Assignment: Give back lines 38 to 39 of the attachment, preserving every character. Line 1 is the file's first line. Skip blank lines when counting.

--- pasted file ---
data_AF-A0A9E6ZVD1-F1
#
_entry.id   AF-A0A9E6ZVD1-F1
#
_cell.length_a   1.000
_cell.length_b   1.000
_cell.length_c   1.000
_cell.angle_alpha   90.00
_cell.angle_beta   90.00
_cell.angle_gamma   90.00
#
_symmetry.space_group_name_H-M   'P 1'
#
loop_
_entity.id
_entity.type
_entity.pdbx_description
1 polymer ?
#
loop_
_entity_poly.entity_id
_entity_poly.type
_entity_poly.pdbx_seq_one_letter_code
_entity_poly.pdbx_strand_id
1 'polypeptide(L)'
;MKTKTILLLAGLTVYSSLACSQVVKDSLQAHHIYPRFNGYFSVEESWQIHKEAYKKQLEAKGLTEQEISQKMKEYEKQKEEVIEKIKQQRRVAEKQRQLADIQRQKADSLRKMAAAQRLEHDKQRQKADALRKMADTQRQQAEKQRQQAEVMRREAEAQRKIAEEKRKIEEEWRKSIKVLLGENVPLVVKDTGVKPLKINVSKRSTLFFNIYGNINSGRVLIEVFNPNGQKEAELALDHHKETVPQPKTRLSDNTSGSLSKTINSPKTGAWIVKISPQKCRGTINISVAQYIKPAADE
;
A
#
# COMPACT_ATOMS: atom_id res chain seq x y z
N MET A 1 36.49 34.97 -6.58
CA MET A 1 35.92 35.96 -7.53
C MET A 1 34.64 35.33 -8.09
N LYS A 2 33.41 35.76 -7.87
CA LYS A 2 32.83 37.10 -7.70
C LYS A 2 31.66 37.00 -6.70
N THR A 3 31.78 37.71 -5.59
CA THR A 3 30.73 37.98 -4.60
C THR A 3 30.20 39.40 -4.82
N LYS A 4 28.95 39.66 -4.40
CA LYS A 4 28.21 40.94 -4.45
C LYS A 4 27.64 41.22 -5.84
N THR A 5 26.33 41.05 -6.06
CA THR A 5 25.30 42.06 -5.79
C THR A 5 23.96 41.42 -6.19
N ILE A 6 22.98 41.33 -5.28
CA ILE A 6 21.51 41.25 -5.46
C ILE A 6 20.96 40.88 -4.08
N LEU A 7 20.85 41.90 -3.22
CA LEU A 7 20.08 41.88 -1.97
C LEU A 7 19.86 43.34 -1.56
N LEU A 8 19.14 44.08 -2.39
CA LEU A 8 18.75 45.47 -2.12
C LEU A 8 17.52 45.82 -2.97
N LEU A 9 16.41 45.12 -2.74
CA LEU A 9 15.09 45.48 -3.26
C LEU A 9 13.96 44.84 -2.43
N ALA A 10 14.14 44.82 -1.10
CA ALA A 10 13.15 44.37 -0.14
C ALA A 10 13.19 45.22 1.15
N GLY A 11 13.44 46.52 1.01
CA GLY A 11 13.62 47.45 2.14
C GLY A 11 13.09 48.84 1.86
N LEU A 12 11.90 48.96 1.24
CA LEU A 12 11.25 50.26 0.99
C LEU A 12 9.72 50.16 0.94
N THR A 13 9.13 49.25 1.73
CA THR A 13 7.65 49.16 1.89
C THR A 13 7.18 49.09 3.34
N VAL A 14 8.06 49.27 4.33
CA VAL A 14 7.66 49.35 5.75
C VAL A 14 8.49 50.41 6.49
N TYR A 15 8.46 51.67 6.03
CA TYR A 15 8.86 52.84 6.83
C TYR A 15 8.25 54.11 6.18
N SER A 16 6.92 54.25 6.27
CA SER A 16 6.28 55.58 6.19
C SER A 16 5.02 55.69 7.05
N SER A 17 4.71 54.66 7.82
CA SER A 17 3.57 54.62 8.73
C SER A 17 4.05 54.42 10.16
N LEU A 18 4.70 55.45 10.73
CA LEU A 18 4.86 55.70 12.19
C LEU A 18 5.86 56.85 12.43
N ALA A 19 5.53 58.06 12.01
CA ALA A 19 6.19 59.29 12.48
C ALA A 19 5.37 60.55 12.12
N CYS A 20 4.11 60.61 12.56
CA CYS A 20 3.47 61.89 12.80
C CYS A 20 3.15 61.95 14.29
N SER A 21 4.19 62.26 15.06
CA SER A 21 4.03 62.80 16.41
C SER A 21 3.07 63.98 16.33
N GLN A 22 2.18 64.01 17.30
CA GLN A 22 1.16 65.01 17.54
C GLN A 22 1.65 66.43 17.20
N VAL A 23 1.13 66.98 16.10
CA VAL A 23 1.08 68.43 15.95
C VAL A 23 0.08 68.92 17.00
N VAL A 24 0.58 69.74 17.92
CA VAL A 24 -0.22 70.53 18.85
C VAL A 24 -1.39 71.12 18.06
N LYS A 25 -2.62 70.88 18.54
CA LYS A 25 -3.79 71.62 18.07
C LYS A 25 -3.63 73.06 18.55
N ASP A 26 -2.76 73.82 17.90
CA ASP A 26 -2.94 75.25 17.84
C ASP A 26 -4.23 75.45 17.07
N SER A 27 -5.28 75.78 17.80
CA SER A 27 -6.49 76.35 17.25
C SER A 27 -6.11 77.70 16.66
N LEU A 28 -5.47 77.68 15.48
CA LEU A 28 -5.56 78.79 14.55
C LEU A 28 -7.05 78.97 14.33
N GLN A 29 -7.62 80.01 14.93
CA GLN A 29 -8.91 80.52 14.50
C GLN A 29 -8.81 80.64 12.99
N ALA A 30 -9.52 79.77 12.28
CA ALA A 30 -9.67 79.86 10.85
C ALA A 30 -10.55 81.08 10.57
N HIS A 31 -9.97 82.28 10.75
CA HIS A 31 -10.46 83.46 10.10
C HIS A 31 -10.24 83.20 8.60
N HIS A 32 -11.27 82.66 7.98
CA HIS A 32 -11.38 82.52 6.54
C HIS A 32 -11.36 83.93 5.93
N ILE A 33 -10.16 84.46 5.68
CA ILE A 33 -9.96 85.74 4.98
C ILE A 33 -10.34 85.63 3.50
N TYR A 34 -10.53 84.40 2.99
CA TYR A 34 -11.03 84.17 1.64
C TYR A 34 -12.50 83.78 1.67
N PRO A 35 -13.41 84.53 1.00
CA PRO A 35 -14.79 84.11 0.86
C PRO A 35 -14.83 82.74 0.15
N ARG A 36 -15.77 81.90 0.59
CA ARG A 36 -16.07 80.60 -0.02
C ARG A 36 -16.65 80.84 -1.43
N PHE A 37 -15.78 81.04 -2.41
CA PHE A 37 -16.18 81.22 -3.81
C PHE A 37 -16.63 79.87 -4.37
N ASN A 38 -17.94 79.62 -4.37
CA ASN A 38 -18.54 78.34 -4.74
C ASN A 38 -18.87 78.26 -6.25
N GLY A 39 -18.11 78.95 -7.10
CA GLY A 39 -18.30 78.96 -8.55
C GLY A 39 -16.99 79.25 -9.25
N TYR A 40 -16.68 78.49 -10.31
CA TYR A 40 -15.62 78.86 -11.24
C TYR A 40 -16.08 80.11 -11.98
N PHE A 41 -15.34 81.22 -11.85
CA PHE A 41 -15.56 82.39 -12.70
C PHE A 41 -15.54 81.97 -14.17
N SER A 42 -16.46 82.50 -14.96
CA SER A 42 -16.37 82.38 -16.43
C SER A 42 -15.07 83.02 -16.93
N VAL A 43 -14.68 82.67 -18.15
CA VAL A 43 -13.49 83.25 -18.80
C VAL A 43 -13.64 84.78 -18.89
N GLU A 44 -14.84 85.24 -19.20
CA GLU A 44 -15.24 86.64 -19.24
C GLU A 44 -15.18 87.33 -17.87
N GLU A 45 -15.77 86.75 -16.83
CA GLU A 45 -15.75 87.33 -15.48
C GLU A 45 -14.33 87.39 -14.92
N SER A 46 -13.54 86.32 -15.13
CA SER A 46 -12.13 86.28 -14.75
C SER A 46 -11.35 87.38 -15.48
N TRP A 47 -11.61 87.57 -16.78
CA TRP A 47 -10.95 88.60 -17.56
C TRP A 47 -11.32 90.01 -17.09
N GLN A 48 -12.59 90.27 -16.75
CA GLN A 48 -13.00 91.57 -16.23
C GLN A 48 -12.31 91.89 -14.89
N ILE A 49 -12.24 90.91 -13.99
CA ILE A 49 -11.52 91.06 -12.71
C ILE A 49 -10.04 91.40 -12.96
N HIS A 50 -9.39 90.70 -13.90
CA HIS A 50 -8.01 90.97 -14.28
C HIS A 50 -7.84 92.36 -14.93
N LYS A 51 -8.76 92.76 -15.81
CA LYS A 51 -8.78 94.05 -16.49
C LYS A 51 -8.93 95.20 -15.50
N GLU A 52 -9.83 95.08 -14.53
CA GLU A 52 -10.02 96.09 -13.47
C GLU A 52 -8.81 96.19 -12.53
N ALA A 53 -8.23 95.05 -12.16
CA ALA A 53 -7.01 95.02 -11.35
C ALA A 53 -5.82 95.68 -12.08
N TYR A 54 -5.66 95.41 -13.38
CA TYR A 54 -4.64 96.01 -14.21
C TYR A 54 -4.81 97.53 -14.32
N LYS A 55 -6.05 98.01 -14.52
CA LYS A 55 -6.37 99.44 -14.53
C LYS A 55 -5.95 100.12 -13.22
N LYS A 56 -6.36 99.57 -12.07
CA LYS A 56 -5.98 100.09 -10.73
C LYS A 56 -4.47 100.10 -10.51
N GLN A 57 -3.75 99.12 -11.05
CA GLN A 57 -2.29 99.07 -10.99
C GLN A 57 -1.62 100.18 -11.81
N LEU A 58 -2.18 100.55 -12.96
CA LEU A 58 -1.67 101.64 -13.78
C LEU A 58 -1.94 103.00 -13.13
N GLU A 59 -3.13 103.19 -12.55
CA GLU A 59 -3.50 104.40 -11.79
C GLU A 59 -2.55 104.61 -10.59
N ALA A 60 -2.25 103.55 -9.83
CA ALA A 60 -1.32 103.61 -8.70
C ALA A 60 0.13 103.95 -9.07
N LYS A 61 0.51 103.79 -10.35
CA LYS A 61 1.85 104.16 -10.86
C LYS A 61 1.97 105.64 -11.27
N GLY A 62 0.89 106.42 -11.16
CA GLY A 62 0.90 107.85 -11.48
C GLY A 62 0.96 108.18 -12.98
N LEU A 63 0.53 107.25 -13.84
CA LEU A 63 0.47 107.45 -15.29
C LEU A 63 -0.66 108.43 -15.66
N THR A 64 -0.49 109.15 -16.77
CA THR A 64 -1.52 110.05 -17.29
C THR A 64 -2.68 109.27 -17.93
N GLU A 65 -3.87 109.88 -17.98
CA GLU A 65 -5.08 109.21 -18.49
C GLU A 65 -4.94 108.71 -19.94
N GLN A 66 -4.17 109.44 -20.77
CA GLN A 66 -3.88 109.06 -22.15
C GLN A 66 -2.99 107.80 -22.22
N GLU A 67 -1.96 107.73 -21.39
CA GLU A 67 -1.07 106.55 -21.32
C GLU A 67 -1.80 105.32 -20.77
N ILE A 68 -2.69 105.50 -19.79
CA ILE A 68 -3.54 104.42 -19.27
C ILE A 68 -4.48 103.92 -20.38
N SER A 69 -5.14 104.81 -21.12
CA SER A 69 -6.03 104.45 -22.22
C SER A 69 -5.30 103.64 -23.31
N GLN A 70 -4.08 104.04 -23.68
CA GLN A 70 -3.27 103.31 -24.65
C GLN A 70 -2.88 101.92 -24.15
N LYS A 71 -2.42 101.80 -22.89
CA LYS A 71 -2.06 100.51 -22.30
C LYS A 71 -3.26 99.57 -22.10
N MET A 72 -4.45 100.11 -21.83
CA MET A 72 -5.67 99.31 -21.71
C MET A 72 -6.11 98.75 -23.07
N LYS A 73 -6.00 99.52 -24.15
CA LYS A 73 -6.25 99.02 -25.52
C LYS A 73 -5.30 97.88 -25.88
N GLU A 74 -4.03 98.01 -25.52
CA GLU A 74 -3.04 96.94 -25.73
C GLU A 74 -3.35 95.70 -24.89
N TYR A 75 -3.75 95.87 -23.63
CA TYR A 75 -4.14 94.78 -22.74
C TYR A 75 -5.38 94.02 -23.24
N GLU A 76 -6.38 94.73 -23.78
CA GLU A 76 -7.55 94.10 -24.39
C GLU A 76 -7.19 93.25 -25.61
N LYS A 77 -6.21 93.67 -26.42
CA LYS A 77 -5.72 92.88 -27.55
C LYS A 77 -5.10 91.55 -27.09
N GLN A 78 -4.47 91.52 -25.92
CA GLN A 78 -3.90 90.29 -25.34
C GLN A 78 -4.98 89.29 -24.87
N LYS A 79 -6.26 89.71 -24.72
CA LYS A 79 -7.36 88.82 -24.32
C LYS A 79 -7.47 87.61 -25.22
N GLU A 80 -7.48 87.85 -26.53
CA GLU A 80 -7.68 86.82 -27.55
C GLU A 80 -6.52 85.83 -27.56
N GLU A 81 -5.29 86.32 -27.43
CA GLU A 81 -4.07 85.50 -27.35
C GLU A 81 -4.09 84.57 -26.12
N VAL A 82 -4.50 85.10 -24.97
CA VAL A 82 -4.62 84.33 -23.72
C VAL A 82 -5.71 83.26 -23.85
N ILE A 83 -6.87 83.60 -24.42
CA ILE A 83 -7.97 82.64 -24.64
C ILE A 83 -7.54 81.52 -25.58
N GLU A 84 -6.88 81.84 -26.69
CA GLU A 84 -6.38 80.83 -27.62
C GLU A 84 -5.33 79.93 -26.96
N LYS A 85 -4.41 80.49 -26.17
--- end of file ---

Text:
CA THR A 3 30.73 37.98 -4.60
C THR A 3 30.20 39.40 -4.82